Thursday, November 26, 2020

Supreme Court Enjoins, Pending Appeal, New York's COVID-19 Capacity Limits On Houses of Worship

The U.S. Supreme Court late last night, in a 5-4 decision, enjoined-- while appeals are pending-- New York's 10 and 25 person occupancy limits on houses of worship in red and orange zones of high COVID infections. In Roman Catholic Diocese of Brooklyn, New York v. Cuomo, (Sup. Ct., Nov. 25, 2020), in a decision that also applies to Agudath Israel of America v. Cuomo, the Court's per curiam opinion said in part: 

[S]tatements made in connection with the challenged rules can be viewed as targeting the “ ‘ultra-Orthodox [Jewish] community.’ ”... But even if we put those comments aside, the regulations cannot be viewed as neutral because they single out houses of worship for especially harsh treatment.

In a red zone, while a synagogue or church may not admit more than 10 persons, businesses categorized as “essential” may admit as many people as they wish. And the list of “essential” businesses includes things such as acupuncture facilities, camp grounds, garages, as well as many whose services are not limited to those that can be regarded as essential, such as all plants manufacturing chemicals and microelectronics and all transportation facilities....

[T]here are many other less restrictive rules that could be adopted to minimize the risk to those attending religious services. Among other things, the maximum attendance at a religious service could be tied to the size of the church or synagogue....

Members of this Court are not public health experts, and we should respect the judgment of those with special expertise and responsibility in this area. But even in a pandemic, the Constitution cannot be put away and forgotten. The restrictions at issue here, by effectively barring many from attending religious services, strike at the very heart of the First Amendment’s guarantee of religious liberty.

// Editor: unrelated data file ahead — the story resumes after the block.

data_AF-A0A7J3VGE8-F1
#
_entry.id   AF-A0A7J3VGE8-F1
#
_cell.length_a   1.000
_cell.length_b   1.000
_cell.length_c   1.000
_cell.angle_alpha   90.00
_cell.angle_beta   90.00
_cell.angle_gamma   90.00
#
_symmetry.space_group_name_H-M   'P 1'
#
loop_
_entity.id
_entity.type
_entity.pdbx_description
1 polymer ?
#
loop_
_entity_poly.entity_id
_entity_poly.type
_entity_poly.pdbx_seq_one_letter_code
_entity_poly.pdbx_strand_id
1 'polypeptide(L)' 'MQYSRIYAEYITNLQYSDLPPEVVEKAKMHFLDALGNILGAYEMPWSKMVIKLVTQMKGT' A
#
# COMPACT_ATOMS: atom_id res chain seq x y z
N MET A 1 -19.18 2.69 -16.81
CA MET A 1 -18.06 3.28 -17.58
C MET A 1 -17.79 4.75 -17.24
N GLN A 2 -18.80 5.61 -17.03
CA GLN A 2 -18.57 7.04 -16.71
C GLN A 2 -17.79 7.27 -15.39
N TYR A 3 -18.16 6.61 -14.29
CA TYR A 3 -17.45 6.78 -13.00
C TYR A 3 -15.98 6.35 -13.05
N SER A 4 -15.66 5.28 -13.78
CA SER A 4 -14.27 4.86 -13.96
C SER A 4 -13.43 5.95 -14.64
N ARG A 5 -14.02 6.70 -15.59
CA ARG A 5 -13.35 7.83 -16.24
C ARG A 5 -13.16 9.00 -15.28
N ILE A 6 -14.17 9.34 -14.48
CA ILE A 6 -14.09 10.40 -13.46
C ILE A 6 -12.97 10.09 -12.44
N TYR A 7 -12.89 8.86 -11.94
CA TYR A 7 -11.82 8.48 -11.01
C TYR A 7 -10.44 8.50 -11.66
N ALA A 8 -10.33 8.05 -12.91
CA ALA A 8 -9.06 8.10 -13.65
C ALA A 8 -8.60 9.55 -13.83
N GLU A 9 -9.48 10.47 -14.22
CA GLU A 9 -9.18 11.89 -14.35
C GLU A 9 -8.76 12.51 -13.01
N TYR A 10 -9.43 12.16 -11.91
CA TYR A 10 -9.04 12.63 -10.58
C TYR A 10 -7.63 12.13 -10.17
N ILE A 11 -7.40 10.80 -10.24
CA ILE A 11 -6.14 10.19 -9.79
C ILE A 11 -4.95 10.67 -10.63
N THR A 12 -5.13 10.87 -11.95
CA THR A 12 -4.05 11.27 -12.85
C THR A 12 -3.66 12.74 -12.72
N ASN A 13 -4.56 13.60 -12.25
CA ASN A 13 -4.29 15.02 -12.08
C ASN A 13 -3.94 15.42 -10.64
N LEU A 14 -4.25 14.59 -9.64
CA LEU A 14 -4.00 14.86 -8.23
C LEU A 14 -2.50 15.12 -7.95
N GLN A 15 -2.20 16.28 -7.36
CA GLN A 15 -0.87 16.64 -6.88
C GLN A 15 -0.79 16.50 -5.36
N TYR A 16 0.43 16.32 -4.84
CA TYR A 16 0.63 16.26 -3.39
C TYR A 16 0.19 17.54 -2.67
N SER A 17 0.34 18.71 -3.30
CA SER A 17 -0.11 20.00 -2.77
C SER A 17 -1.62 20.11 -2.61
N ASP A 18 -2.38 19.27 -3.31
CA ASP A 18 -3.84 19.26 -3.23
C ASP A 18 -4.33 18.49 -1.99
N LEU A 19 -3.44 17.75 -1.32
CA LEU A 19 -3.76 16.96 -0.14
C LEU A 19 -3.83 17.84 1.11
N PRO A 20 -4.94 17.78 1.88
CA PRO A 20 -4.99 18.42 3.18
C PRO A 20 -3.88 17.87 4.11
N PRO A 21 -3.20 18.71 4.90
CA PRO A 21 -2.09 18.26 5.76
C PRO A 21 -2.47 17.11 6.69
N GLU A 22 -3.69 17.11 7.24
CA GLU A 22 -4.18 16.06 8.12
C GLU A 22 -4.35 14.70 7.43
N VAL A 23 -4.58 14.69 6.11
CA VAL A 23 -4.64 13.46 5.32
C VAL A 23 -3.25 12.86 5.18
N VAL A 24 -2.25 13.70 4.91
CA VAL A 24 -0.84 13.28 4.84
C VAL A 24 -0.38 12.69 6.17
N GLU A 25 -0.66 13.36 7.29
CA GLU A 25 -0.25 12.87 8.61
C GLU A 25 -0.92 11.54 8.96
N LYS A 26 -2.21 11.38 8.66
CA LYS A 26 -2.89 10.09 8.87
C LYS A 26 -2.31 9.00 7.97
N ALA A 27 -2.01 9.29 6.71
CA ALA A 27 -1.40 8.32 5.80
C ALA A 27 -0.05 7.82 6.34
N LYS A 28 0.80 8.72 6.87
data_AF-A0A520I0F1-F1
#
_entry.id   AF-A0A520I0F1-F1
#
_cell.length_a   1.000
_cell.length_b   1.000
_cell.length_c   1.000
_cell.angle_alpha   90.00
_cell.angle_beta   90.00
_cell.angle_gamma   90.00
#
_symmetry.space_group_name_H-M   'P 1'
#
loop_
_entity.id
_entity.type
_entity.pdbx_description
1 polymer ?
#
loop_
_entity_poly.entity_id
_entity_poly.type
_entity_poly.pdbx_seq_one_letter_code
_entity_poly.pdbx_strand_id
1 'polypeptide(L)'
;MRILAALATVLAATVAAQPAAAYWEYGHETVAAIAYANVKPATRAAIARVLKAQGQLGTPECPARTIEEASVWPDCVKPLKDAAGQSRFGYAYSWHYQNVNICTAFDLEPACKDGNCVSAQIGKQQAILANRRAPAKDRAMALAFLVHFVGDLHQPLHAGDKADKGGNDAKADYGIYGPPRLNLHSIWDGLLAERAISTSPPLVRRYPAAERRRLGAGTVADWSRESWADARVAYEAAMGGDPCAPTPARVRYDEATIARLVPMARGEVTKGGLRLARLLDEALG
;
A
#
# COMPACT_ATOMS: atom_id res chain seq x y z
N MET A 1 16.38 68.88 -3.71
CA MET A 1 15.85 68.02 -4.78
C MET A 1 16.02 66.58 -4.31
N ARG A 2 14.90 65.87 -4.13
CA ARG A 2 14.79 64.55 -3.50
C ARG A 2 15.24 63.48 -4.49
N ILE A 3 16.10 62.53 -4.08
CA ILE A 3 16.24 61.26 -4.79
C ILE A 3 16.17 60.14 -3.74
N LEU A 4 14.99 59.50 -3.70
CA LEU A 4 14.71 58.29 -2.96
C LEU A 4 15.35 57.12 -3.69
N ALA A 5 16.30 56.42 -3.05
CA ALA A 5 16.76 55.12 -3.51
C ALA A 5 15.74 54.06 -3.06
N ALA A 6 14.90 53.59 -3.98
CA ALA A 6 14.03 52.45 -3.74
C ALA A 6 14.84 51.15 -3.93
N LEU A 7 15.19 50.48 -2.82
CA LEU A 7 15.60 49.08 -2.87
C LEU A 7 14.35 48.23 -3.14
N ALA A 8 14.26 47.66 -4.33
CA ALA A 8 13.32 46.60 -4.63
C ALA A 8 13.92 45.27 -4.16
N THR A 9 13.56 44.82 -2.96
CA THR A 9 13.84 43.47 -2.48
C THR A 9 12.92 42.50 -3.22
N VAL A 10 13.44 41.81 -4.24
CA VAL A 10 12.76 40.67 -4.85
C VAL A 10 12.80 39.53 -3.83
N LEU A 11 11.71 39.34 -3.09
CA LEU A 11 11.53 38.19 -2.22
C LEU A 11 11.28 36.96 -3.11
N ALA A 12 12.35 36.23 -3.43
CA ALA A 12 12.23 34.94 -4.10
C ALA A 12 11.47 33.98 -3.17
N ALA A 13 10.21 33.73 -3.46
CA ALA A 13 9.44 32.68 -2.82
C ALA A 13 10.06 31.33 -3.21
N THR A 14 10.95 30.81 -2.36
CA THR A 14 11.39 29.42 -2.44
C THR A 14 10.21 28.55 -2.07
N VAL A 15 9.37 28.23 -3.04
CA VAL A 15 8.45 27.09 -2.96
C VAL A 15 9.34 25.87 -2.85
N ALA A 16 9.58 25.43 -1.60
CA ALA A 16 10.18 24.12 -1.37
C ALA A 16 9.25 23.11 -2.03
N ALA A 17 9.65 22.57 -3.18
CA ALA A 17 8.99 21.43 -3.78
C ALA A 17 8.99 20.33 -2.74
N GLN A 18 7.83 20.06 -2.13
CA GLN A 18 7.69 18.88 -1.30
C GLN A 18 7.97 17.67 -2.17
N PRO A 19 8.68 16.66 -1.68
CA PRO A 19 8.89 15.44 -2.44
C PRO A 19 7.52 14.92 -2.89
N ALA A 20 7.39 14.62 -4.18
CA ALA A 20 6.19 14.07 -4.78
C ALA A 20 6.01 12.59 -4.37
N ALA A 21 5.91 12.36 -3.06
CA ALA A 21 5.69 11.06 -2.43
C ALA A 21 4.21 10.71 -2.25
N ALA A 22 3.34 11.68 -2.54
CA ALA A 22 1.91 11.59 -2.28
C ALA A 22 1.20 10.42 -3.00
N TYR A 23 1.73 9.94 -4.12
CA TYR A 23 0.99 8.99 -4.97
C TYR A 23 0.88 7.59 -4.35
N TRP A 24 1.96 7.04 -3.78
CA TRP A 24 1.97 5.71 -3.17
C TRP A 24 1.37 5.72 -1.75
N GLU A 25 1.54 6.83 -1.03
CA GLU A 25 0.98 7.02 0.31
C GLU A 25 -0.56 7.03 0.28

Justice Gorsuch filed a concurring opinion, stating in part:

The only explanation for treating religious places differently seems to be a judgment that what happens there just isn’t as “essential” as what happens in secular spaces. Indeed, the Governor is remarkably frank about this: In his judgment laundry and liquor, travel and tools, are all “essential” while traditional religious exercises are not. That is exactly the kind of discrimination the First Amendment forbids....

Even if the Constitution has taken a holiday during this pandemic, it cannot become a sabbatical.

Chief Justice Roberts filed a dissenting opinion arguing that while the restrictions pose serious concerns, the Court should not rule on them because the houses of worship before the Court are no longer in red and orange zones. He also criticized Justice Gorsuch's attack on the dissenters in the case.

Justice Kavanaugh filed a concurring opinion, explaining why he disagrees with Chief Justice Roberts' approach.

Justice Breyer, joined by Justices Sotomayor and Kagan, dissented, pointing out that the houses of worship are no longer under the challenged capacity limits and saying in part:

The nature of the epidemic, the spikes, the uncertainties, and the need for quick action, taken together, mean that the State has countervailing arguments based upon health, safety, and administrative considerations that must be balanced against the applicants’ First Amendment challenges.

Justice Sotomayor, joined by Justice Kagan, filed a dissenting opinion, saying in part:

It is true that New York’s policy refers to religion on its face. But as I have just explained, that is because the policy singles out religious institutions for preferential treatment in comparison to secular gatherings, not because it discriminates against them....

Finally, the Diocese points to certain statements by Governor Cuomo as evidence that New York’s regulation is impermissibly targeted at religious activity—specifically, ... New York’s Orthodox Jewish community.... The Diocese suggests that these comments supply “an independent basis for the application of strict scrutiny.”... I do not see how.... Just a few Terms ago, this Court declined to apply heightened scrutiny to a Presidential Proclamation limiting immigration from Muslim-majority countries, even though President Trump had described the Proclamation as a “Muslim Ban,”....

 New York Times reports on the decision.